Classroom computers

Mobility sells

Image: Stockfresh

24 September 2014

Niall Kitson portraitThe PC market took another hit this week with the news that Samsung is pulling its Ativ and Chromebook lines out of the European market. This comes only days after TechCentral reported that Toshiba would be refocusing its notebook business to cater for business. Add to this Sony’s ditching of its Vaio PC business and the outlook for the PC market looks bleak.

The past few years have seen a precipitous fall in shipments of laptops and desktops, and the arrival of Windows 8 and official discontinuation of Windows XP have not provided the expected bump in sales. According to forecasts from analyst firm Gartner the market for desktop and notebook PCs is expected to contract by a further 6.7% in 2014 to 276 million units shipped compared to 296 million in 2013.

Meanwhile, the mobile space is bouyant. Some 206 million tablets and 1.8 billion smartphones shipped in 2013 and this is expected to grow to 256 million tablets and 1.82 billion smartphones this year. So-called ‘hybrid devices’ combining a tablet with laptop-quality keyboard doubled shipments from almost 3 million in 2013 to 5.3 million in 2014.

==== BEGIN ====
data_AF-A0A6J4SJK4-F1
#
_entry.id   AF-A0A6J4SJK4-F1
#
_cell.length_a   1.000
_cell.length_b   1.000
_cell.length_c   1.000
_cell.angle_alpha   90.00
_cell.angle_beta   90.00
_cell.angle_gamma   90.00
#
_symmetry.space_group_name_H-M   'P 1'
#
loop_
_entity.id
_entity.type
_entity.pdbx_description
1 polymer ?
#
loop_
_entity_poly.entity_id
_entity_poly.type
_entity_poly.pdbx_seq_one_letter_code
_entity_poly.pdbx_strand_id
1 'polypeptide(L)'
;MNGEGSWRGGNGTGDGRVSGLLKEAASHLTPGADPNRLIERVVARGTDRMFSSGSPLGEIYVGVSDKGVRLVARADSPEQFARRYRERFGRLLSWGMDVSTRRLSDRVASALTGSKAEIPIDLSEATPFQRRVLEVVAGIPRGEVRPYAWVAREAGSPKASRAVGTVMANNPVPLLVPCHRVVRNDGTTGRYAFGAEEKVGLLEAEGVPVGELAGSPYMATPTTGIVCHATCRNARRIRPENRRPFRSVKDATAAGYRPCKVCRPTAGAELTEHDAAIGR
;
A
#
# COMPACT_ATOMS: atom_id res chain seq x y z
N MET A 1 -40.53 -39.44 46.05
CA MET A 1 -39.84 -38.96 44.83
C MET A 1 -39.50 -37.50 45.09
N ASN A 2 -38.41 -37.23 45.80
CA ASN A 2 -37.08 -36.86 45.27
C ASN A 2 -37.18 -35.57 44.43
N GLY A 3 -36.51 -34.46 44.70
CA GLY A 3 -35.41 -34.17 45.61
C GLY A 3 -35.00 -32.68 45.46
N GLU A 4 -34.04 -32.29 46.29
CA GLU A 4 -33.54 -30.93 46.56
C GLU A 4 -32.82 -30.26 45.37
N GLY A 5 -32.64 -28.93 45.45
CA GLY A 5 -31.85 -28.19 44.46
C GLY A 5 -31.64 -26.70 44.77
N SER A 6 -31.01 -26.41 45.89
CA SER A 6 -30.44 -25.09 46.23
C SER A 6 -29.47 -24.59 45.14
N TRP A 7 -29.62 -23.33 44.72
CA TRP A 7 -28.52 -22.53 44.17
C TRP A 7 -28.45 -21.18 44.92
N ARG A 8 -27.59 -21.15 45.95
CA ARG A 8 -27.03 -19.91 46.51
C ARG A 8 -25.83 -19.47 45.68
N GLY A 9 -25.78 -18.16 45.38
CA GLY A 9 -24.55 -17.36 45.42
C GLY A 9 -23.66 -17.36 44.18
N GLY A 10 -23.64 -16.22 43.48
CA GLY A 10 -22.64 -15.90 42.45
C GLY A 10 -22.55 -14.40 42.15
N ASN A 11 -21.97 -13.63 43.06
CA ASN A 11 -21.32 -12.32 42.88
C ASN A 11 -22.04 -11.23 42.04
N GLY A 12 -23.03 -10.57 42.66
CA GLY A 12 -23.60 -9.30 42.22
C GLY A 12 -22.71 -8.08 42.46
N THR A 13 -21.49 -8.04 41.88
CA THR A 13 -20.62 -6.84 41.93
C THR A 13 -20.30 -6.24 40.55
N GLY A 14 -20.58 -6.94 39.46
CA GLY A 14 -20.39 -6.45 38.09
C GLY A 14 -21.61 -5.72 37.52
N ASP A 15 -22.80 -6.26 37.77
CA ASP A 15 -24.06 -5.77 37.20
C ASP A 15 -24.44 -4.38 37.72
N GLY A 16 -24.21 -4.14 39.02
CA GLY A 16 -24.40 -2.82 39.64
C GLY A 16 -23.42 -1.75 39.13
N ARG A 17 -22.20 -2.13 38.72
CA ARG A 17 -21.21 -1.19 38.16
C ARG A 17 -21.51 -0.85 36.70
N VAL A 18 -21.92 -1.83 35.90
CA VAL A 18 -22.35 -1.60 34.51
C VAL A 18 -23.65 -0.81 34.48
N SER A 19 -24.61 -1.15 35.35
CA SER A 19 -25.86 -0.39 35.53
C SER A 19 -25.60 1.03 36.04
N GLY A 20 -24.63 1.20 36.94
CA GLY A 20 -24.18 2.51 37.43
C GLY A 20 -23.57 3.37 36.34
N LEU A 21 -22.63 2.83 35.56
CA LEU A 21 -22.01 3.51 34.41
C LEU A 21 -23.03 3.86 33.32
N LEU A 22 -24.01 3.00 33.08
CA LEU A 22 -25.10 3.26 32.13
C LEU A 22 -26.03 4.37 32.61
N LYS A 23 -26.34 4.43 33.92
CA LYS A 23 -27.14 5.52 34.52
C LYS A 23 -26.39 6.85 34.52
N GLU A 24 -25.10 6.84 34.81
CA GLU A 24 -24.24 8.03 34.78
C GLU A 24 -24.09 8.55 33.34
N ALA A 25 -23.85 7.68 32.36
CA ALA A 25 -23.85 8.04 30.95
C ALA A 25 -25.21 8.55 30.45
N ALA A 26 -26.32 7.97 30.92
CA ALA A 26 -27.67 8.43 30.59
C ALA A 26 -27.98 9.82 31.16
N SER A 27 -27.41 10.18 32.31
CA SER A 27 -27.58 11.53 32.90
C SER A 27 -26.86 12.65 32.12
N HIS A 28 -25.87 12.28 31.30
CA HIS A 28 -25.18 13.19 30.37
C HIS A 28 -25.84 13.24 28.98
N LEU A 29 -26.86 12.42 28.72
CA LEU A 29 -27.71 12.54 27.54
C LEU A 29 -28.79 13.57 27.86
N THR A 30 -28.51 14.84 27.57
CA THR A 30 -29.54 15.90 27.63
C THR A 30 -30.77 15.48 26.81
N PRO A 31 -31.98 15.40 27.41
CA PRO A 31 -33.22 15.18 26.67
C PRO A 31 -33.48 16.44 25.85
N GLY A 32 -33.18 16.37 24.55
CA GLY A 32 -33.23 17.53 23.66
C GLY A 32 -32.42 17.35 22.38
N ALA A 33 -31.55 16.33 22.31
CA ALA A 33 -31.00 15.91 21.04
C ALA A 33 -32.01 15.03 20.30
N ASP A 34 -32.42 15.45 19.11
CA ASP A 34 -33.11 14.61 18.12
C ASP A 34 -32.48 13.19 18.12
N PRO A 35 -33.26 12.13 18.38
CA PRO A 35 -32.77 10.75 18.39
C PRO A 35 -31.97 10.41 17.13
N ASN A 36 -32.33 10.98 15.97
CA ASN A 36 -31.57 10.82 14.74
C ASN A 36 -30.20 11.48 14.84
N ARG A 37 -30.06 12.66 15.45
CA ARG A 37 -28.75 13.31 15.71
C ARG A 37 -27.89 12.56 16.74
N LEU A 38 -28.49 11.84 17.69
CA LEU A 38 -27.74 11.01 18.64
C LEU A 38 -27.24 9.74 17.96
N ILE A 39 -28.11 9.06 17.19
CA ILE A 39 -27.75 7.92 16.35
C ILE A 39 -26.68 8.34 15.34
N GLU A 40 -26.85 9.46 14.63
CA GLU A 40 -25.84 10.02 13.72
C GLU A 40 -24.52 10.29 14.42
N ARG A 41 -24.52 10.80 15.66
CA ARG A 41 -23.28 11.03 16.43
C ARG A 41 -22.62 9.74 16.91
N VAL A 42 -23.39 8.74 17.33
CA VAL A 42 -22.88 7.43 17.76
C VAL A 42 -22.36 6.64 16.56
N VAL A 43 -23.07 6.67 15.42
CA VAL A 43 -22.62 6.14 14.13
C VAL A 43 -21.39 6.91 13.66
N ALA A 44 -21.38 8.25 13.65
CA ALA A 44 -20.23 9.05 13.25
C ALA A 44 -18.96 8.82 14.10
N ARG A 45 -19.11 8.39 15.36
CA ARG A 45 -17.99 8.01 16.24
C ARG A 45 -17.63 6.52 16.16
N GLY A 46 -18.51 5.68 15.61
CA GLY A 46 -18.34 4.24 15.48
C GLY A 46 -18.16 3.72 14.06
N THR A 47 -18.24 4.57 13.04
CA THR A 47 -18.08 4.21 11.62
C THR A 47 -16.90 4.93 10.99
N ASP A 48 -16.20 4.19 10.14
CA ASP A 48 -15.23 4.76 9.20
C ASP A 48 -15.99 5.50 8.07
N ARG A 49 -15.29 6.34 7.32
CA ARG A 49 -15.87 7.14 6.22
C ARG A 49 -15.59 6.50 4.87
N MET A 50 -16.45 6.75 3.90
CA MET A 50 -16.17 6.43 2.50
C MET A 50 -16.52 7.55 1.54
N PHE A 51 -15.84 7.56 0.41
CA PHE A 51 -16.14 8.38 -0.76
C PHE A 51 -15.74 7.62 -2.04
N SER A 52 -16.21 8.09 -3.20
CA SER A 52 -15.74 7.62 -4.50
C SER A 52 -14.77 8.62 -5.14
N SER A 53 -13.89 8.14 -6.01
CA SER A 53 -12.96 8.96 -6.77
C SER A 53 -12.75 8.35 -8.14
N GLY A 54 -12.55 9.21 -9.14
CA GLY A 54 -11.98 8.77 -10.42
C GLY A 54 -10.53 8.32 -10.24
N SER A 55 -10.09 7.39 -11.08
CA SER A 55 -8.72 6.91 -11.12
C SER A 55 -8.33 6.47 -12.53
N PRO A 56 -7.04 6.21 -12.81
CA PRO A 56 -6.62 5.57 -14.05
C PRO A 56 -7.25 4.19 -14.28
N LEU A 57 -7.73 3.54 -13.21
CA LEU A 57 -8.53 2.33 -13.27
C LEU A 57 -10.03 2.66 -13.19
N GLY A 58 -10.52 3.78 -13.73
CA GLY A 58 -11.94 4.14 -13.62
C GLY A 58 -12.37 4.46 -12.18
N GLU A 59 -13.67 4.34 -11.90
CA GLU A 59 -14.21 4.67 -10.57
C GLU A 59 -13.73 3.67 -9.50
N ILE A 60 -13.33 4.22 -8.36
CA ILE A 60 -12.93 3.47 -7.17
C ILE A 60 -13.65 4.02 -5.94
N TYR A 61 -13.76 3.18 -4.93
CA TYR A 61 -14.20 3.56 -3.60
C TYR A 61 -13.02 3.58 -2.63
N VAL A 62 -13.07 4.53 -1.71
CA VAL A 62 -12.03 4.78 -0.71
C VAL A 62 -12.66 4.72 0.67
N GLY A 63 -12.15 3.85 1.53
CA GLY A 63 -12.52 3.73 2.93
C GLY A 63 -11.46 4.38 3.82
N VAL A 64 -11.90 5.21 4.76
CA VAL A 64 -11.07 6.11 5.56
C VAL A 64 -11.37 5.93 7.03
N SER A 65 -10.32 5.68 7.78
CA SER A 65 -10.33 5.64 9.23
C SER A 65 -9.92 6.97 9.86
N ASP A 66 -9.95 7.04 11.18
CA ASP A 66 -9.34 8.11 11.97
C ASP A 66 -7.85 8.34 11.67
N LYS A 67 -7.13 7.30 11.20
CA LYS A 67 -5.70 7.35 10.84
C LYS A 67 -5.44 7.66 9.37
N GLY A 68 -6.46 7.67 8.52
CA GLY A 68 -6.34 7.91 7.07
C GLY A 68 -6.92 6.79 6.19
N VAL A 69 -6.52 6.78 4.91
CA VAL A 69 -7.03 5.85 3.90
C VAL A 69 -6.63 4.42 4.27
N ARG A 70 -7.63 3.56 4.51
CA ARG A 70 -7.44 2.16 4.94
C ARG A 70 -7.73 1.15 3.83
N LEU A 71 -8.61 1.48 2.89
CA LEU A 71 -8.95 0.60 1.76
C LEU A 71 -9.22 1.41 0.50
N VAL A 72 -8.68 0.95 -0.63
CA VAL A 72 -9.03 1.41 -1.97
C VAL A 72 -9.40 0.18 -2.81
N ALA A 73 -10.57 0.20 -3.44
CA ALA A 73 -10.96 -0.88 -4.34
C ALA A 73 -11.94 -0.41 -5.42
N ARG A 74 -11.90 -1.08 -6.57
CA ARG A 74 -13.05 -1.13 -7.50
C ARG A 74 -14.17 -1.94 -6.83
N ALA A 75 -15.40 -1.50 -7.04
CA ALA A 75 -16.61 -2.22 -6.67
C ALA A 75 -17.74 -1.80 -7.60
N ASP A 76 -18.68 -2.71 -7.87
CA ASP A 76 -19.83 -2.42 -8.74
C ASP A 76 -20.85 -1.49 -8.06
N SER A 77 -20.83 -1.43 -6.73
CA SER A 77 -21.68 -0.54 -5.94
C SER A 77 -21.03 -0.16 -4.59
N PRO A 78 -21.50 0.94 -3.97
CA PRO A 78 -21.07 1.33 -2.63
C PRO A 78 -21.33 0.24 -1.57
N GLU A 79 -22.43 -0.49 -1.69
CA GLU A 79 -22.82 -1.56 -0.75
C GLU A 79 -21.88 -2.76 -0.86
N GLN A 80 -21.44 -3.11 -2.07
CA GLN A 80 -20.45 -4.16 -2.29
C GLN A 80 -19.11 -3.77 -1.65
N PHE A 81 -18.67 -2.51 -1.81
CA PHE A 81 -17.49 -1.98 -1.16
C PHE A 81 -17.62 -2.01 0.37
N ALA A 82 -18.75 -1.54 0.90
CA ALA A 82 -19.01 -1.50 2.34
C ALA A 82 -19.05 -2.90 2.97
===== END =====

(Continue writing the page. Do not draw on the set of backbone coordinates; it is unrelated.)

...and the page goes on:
Compared to PC sales, it’s obvious that the money is in smaller, cheaper devices that provide a comfortable user experience with tech that’s good enough to either usurp the traditional home PC or relegate it to more mundane tasks like word processing and book keeping.

But there is a trump card. Premium ‘ultrabooks’ are on the grow and are expected to ship 308 million units this year compared to 317 million in 2013.

Taken as a whole the message is ‘mobility sells’ but this has yet to be reflected in the distribution of market share.

According to figures from Statista for the second quarter of 2014 the top five PC brands are Lenovo (19.2%), HP (17.7%), Dell (13.3%), Acer (7.9%) and Asus (6.9%). Of these none could be said to have a convincing mobile presence. The remaining 35% of the market outside the big five would include Sony and Samsung, both of which are doing well in mobile. The only company to own both mobile and PC is Apple, although it rests firmly in the lower third of the market.

The same observation could be made about Samsung, Toshiba and Sony – all players with modest market share and no ecosystem to tie users in to. The departure of three name brands won’t see an increase in PC shipments – I think we’ll have to wait for Windows 9 to see a proper recovery – but their exit will reduce competition and offset any further contraction.

So less competition in a more modestly size desktop/netbook market is the way forward as mobile devices continue to take over the world. So who’s next on the chopping block?

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